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Subject: Re: [boost] Is there any interest in a library which solves C++ class reflection feature just like Java does?
From: jinhua luo (ljh.home.king_at_[hidden])
Date: 2011-12-06 08:37:17


I have a quick look at the Mirror reflection utilities, although no deep
investigation, I have some opinions about it:
a) complex reflection declaration syntax (e.g. to describe the prototype of
some method, it needs to use macro per parameter, but in my way, it's more
easier and native: you just need to copy and parse the prototype from the
class definition)
b) depends on C++11 features (as mentioned in the web site, It has been
tested and is currently known to work with the gcc 4.5.1 and higher), but
my way does not require new versions of C++ standards, so it supports VC7
or higher, and all gcc versions.
c) the source codes of the Mirror reflection utilities is a bit huge and
complex than my one: my reflection library has only 3 header files and 1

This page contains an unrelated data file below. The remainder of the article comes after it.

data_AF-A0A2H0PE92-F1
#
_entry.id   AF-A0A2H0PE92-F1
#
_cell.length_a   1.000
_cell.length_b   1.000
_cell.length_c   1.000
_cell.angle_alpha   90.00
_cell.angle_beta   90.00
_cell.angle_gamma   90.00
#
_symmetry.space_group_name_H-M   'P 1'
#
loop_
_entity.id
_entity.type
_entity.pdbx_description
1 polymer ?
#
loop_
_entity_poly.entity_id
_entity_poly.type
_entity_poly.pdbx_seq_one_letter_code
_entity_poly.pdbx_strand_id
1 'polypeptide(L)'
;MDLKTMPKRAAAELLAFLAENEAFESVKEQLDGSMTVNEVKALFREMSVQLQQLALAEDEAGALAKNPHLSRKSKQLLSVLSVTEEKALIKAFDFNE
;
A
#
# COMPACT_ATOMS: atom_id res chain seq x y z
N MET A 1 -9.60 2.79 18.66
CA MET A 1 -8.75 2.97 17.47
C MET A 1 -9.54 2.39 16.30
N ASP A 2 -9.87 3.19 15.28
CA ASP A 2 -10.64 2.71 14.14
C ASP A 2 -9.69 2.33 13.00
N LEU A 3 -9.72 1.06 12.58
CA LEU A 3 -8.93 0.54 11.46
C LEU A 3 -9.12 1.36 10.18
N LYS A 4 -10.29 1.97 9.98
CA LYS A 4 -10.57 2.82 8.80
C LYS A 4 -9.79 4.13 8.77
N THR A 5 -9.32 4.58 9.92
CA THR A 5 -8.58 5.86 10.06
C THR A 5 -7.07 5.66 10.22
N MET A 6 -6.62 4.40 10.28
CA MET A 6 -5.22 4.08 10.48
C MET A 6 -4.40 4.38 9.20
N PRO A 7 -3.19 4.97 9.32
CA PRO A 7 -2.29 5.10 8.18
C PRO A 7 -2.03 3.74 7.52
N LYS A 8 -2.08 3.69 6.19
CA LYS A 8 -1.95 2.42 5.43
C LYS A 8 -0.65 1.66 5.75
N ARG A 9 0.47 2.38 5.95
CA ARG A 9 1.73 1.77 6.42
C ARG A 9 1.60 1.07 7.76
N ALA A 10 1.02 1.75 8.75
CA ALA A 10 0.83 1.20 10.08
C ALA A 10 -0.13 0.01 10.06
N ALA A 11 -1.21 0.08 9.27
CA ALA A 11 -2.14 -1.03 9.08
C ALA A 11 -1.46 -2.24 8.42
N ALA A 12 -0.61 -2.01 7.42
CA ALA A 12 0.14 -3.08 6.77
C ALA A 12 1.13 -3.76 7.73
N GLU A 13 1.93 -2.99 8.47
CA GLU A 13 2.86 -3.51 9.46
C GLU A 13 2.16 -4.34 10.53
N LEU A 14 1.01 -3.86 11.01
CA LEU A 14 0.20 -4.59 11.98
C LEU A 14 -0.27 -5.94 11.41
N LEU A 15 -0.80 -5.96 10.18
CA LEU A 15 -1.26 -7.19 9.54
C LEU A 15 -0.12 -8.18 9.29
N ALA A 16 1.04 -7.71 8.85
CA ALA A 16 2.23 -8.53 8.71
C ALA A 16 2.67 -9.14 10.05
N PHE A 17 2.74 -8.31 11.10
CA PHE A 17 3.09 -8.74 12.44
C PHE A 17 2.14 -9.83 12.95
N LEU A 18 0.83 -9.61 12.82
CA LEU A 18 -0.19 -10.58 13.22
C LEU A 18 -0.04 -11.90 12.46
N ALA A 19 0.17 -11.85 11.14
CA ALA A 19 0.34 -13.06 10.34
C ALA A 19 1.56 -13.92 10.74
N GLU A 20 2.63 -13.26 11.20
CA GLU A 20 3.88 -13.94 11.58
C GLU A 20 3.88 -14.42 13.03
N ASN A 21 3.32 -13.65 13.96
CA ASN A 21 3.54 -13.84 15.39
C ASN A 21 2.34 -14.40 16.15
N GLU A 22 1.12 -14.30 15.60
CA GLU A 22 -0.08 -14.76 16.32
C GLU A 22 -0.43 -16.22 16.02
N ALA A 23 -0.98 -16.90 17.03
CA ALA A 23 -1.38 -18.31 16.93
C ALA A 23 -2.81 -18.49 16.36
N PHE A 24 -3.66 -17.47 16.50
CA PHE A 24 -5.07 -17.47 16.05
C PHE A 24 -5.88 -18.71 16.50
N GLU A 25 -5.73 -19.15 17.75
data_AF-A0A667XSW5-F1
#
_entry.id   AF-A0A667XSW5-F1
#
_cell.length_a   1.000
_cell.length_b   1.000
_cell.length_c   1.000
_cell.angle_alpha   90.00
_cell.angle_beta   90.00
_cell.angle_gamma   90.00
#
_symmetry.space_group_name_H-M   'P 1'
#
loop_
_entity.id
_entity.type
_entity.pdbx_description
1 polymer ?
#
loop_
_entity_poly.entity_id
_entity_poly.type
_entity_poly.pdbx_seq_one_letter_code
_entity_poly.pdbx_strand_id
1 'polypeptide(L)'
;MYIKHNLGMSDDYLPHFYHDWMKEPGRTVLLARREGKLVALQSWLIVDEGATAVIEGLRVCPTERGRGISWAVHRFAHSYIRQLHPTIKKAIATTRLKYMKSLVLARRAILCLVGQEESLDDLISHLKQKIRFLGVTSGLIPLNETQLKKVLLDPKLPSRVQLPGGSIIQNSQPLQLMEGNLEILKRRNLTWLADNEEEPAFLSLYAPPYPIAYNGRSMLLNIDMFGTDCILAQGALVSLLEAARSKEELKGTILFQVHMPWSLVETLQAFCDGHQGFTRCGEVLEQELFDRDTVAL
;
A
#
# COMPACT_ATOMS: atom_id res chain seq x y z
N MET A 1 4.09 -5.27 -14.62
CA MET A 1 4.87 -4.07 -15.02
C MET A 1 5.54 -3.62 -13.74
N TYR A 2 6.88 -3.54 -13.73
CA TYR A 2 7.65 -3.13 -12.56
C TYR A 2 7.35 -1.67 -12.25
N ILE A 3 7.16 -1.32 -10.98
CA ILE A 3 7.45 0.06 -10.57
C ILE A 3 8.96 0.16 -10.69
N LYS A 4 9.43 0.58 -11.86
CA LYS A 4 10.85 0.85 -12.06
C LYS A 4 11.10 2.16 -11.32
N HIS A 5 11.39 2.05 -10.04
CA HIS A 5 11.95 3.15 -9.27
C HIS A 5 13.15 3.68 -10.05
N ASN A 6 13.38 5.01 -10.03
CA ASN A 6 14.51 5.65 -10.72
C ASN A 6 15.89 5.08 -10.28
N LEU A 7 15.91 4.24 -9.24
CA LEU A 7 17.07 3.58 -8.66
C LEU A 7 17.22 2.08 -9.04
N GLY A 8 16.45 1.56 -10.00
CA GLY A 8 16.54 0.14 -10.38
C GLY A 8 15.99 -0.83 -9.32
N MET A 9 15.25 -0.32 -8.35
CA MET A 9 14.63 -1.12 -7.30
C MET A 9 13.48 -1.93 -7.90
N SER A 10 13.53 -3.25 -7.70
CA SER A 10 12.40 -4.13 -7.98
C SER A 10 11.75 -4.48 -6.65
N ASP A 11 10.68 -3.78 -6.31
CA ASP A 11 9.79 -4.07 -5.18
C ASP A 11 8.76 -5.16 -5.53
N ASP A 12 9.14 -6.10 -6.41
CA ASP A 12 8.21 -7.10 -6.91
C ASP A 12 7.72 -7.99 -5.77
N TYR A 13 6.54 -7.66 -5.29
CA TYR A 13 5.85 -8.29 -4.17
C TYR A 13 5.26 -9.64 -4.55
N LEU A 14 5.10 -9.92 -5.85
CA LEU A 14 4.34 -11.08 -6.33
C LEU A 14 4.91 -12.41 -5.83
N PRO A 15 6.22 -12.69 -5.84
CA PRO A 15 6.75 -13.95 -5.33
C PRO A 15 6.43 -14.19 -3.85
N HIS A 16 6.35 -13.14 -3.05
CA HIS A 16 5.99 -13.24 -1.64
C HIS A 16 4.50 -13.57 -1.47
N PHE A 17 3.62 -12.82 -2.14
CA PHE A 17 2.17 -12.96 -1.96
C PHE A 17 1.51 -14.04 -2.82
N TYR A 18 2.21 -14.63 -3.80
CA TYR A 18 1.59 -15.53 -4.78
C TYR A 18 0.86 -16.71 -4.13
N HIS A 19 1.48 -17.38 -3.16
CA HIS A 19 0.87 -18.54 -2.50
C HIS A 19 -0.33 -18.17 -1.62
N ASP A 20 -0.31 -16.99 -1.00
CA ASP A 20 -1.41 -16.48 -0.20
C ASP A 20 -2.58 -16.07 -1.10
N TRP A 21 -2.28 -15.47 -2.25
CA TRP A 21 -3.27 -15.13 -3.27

source file, and the codes are about 1200 lines.


2011/12/6 Matus Chochlik <chochlik_at_[hidden]>

> On Tue, Dec 6, 2011 at 2:40 AM, jinhua luo <ljh.home.king_at_[hidden]>
> wrote:
> > Hi,
> Hi,
> >
> > In brief, I'd designed and implemented somehow C++ class reflection based
> > on boost libraries.
> Did you have a look at the Mirror reflection utilities ?
> > It has some unique advantages:
> > a) it doesn't require code generator
> Good, but it is not so unique
> > b) platform independent and compiler independent (I tested it on Windows
> > and Linux, with vs2008 and gcc respectively)
> Nice,
> > c) it's non-intrusive for the class definition, instead, you just need to
> > declare and describe your class via some straightforward macros anywhere
> > (header file or source file, and may be within any namespace), which also
> > means you can wrap an external third-party library (which you have no way
> > to touch the source codes) and reflects it classes.
> This is not unique either
> > d) Cross shared library boundary, you can dynamic load the shared library
> > and reflect the classes within it, without need to export any symbol
> > manunally in C wrapper function way
> I believe (and I have some expertise in using and implementing reflection
> in C++ to base that belief upon) that the basic reflection should
> compile-time and any run-time reflection should be built on top
> of that.
> > e) the API looks like Java reflection API
> I don't think that this is a good idea, and I've seen several
> (scientific) papers where people don't think it either.
> BR
> Matus
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